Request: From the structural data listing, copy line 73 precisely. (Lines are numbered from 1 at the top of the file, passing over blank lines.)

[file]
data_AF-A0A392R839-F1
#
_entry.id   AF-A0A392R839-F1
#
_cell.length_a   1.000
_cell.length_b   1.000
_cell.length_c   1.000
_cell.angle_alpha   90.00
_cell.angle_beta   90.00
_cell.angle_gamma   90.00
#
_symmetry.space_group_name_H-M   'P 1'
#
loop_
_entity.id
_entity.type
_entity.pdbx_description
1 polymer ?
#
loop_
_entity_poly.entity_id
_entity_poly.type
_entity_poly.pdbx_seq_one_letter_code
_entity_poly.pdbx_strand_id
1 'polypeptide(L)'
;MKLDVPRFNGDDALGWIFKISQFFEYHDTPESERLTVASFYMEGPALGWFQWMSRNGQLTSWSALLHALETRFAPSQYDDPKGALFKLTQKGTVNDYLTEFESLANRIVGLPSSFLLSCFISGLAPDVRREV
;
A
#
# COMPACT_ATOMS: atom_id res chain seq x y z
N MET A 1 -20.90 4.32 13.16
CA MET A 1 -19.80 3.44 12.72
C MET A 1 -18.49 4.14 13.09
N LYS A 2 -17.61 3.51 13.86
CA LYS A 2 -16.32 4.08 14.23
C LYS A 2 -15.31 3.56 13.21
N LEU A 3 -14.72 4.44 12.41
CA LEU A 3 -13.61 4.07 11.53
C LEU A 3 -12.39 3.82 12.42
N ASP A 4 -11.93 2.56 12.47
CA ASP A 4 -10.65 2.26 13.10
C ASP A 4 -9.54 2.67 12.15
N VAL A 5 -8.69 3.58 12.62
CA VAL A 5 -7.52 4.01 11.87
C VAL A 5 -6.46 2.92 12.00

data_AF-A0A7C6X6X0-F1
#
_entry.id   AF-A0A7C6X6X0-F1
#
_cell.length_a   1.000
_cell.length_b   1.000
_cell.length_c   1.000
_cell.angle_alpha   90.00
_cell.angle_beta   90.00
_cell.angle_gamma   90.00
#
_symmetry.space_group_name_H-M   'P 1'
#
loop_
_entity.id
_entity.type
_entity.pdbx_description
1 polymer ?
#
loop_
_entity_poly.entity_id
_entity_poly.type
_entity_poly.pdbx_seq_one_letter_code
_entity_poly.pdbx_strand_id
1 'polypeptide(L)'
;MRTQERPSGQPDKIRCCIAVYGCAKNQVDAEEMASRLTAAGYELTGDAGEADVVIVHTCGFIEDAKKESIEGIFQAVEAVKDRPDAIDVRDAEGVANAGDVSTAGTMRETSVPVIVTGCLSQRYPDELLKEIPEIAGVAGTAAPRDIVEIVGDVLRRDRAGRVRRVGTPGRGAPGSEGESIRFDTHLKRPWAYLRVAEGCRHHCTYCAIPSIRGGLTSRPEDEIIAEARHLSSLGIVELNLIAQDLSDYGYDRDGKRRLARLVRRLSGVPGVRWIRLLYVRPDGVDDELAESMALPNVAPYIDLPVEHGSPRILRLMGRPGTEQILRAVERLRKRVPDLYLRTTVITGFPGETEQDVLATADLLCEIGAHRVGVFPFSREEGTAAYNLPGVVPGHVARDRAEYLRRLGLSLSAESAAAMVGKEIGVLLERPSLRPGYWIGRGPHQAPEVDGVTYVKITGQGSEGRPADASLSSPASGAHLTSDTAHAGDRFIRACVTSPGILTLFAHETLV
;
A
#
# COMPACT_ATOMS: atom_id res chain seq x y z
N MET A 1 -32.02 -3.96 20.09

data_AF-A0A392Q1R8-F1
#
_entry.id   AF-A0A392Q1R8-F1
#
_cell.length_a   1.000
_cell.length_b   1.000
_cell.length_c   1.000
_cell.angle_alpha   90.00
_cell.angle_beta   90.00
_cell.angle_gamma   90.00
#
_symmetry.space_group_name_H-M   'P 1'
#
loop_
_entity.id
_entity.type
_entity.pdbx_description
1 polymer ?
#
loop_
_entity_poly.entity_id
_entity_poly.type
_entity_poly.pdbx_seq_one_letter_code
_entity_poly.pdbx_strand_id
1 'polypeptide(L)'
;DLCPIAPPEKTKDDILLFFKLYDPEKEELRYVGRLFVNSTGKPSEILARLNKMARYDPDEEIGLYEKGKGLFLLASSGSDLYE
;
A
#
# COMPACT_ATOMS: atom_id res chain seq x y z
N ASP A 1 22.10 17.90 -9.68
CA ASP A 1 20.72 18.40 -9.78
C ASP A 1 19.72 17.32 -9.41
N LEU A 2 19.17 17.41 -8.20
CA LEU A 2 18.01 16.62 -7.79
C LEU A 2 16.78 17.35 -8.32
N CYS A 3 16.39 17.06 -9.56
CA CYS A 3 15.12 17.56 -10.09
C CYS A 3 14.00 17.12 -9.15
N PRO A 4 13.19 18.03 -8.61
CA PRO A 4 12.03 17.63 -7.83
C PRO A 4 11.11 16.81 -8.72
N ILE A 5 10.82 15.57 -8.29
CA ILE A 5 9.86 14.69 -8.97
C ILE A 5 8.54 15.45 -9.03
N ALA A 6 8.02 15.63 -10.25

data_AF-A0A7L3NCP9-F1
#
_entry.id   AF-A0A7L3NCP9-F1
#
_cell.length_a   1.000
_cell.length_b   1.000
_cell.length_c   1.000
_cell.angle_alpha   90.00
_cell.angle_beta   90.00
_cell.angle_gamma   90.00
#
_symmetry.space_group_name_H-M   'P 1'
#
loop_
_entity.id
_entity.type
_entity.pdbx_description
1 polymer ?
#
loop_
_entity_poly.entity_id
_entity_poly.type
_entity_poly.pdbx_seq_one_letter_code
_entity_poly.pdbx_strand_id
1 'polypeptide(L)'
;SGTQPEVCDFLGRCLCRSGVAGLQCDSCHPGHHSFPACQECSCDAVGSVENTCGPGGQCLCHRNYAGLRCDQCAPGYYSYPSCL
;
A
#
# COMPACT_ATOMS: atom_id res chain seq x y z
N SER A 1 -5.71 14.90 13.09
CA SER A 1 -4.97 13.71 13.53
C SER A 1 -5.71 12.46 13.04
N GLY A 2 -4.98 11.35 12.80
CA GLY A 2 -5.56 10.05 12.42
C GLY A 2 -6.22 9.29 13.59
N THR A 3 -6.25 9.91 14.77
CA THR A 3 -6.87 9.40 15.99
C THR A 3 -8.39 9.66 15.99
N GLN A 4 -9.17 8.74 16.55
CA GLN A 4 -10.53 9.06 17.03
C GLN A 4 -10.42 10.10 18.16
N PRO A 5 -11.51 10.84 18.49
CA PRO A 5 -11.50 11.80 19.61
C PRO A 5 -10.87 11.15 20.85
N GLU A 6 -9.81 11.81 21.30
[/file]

A